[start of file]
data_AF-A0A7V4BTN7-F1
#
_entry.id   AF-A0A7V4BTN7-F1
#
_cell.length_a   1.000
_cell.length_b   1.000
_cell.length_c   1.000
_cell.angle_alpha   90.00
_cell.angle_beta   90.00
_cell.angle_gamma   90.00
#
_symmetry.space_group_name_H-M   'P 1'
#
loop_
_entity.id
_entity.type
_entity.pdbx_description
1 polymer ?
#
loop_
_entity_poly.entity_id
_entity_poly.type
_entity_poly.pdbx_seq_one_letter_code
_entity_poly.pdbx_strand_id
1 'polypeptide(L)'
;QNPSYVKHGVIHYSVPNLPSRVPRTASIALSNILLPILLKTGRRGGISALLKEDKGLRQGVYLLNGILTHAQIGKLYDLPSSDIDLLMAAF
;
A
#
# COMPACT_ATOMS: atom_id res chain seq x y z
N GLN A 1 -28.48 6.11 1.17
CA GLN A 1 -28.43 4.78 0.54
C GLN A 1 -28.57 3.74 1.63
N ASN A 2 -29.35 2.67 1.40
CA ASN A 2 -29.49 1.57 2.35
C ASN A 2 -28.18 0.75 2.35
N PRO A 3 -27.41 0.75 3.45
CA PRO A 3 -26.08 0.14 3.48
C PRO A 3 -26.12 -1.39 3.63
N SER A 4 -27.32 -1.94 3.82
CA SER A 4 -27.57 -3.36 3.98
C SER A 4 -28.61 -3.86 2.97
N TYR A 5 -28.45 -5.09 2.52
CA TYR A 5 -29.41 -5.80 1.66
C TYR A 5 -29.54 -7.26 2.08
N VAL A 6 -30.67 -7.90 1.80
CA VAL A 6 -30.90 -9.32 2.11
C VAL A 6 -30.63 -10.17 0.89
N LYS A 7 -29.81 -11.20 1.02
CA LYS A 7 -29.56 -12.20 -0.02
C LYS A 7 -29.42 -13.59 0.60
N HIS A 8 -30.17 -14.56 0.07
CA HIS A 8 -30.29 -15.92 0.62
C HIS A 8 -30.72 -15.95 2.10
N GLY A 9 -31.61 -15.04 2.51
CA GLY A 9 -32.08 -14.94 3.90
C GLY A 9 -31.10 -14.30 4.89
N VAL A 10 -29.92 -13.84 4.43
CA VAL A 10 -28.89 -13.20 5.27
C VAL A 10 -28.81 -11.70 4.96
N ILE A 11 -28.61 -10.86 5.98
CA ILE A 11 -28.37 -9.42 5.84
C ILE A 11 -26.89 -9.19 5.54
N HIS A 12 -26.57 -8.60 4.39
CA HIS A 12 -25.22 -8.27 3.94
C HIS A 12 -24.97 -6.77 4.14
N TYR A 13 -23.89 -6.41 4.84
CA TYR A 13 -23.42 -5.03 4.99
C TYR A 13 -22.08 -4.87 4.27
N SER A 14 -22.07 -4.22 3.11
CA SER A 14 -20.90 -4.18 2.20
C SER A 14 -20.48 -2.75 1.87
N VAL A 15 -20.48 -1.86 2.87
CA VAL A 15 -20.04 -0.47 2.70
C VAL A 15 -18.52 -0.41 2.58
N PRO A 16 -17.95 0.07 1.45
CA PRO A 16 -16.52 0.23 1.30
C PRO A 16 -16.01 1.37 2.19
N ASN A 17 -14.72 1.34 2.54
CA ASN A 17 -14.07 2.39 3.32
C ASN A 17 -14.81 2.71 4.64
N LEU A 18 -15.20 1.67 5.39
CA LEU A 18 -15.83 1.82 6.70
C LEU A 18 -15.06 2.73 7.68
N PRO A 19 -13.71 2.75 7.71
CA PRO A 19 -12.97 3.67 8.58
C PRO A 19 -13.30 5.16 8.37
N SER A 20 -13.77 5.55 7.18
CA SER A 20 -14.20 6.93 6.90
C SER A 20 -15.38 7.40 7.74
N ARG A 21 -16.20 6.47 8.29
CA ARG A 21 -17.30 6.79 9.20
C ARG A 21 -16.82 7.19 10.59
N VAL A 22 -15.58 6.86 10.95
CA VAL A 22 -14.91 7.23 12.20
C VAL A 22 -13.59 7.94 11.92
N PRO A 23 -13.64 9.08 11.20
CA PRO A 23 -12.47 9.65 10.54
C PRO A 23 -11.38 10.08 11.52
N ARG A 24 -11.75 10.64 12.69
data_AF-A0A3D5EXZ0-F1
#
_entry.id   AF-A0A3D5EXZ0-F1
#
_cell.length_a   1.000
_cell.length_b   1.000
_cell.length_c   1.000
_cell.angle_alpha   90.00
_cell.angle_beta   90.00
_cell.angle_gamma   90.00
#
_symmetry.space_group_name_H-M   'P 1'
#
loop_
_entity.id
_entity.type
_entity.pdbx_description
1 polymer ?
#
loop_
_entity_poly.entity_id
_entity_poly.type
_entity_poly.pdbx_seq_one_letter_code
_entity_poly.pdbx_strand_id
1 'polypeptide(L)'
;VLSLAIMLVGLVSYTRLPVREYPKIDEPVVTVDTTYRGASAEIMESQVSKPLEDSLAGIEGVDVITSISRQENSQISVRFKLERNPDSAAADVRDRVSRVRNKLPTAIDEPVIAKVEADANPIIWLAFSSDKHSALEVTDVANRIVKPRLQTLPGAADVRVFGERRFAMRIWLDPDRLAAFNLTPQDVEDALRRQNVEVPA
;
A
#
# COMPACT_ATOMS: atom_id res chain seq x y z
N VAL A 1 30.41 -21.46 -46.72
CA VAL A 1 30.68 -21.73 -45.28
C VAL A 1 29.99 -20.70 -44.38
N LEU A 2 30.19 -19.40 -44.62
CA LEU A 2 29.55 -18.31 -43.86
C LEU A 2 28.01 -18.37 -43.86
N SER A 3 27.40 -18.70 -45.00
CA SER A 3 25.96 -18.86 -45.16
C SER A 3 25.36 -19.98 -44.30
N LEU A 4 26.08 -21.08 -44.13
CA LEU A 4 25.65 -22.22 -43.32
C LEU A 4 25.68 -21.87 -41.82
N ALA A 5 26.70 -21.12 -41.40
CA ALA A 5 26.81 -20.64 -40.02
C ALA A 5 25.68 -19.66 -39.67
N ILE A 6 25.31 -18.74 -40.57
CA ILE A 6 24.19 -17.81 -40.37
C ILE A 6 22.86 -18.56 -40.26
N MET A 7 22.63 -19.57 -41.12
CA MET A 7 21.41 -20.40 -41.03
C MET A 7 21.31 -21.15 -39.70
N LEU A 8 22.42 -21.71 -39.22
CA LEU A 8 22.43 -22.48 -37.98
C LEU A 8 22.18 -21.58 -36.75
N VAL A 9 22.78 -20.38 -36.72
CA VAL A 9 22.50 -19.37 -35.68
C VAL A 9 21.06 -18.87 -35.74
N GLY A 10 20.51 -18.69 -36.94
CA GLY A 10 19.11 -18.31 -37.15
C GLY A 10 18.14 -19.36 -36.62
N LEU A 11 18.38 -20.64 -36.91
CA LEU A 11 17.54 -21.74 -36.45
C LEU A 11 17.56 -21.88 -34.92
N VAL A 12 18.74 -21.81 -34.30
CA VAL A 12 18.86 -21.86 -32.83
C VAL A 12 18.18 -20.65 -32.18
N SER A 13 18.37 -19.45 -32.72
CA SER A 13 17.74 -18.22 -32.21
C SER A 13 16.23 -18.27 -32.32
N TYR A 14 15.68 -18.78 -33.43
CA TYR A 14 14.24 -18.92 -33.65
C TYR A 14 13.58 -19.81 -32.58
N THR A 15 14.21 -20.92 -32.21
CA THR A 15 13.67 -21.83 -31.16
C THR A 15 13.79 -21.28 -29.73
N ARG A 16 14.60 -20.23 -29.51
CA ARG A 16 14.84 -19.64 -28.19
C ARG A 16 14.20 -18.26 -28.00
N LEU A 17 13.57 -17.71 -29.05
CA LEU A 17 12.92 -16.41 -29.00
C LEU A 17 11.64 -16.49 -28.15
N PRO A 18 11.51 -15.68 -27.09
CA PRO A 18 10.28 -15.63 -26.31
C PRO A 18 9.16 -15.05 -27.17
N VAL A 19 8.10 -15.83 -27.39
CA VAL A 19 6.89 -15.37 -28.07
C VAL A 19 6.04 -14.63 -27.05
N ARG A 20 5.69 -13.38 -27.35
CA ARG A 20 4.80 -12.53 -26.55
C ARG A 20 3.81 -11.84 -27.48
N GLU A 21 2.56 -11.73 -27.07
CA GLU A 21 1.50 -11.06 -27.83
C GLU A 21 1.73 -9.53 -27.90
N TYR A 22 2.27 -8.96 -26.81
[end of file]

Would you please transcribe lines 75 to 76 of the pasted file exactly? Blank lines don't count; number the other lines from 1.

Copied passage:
C VAL A 15 -18.52 -0.41 2.58
N PRO A 16 -17.95 0.07 1.45